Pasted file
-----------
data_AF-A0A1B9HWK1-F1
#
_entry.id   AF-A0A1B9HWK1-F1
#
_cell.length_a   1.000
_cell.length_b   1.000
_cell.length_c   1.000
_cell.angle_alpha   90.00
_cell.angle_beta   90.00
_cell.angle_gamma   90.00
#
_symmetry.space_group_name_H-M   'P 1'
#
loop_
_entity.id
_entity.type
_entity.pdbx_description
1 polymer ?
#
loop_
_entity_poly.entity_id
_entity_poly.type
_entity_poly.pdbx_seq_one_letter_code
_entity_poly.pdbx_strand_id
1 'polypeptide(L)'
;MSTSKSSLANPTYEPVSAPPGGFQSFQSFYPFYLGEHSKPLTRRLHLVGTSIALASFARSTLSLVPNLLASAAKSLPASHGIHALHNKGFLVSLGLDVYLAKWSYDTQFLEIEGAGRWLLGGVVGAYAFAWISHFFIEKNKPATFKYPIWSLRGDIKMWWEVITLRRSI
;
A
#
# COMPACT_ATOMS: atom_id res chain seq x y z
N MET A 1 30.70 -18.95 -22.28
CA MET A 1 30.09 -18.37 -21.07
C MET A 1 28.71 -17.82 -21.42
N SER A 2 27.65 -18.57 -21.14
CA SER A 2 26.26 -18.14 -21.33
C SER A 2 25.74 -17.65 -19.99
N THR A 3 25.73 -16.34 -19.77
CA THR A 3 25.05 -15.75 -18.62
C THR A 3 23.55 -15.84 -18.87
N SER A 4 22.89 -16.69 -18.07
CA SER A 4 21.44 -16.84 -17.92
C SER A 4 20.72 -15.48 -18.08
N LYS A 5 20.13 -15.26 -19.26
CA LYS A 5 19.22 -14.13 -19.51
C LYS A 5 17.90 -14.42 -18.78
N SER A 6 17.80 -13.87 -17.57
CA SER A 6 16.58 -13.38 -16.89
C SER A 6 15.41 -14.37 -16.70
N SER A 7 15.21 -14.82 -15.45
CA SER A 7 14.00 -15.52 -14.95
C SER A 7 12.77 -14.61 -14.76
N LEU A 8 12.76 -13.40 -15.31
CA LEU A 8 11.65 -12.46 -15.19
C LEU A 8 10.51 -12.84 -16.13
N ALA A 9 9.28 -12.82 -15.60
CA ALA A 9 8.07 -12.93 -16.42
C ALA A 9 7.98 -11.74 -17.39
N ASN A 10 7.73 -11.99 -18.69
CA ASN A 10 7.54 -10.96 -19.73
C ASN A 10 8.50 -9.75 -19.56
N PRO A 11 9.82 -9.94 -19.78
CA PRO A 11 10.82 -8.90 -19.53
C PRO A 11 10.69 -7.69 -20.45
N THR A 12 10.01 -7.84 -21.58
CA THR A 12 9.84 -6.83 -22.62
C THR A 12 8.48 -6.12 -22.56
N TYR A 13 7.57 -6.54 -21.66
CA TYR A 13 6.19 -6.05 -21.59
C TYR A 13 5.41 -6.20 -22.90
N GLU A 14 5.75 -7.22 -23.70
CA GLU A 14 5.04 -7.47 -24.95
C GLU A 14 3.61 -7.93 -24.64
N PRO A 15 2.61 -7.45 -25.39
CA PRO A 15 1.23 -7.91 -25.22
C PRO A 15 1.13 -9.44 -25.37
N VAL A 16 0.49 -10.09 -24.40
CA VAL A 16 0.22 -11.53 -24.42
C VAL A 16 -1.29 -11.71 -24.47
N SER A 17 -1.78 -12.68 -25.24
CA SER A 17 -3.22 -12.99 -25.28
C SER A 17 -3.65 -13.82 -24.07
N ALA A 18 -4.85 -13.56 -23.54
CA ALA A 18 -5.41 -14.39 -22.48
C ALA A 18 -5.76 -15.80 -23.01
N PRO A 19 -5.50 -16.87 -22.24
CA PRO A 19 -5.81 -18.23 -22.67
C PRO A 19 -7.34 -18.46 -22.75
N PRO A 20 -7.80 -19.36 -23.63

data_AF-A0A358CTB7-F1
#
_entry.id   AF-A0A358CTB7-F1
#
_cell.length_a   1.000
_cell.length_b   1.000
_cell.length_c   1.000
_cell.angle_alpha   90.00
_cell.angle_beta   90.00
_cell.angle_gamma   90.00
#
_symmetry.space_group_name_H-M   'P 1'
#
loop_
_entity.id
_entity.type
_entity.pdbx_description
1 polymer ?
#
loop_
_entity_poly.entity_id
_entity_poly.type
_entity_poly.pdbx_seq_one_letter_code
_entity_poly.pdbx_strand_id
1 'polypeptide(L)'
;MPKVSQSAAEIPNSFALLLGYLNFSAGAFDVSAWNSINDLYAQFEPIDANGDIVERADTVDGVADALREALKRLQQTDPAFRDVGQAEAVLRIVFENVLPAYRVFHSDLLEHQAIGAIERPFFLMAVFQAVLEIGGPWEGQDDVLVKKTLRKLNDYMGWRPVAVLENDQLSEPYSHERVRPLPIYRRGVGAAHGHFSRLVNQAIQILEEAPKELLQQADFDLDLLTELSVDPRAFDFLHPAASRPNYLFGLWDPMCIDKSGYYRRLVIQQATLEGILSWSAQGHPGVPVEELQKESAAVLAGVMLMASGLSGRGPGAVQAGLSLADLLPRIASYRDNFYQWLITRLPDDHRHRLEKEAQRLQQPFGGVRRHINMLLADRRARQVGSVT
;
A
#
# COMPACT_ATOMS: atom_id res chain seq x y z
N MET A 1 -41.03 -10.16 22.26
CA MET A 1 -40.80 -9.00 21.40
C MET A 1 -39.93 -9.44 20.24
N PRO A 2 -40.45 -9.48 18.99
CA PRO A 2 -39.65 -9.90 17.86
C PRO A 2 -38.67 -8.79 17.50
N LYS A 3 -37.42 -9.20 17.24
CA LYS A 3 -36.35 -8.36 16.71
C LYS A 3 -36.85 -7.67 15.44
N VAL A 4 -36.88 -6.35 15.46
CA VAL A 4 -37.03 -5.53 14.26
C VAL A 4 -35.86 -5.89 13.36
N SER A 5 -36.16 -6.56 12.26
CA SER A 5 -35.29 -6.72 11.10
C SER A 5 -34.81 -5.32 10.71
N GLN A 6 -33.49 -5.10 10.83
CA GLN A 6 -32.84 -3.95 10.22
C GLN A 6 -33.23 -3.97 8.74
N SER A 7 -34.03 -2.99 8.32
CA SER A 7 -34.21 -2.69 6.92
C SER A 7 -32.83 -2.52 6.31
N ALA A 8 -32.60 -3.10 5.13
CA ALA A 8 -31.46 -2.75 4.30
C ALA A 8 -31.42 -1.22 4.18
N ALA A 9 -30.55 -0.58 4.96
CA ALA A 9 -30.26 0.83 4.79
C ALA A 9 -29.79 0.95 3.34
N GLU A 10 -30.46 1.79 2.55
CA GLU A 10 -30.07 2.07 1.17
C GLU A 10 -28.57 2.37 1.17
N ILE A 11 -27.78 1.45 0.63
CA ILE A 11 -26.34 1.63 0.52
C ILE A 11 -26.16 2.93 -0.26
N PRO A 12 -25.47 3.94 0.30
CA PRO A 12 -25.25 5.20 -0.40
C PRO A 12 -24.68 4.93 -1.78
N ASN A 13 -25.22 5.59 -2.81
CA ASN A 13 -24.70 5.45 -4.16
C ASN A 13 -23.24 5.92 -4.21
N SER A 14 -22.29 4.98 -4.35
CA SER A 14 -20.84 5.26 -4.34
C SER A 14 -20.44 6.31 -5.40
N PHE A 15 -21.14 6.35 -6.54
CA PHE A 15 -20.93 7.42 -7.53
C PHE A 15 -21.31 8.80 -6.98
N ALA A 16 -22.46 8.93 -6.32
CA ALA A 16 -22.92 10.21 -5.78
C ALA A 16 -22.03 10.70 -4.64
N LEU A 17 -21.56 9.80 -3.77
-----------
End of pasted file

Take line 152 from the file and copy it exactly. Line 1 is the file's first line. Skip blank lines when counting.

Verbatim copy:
N PRO A 12 -25.47 3.94 0.30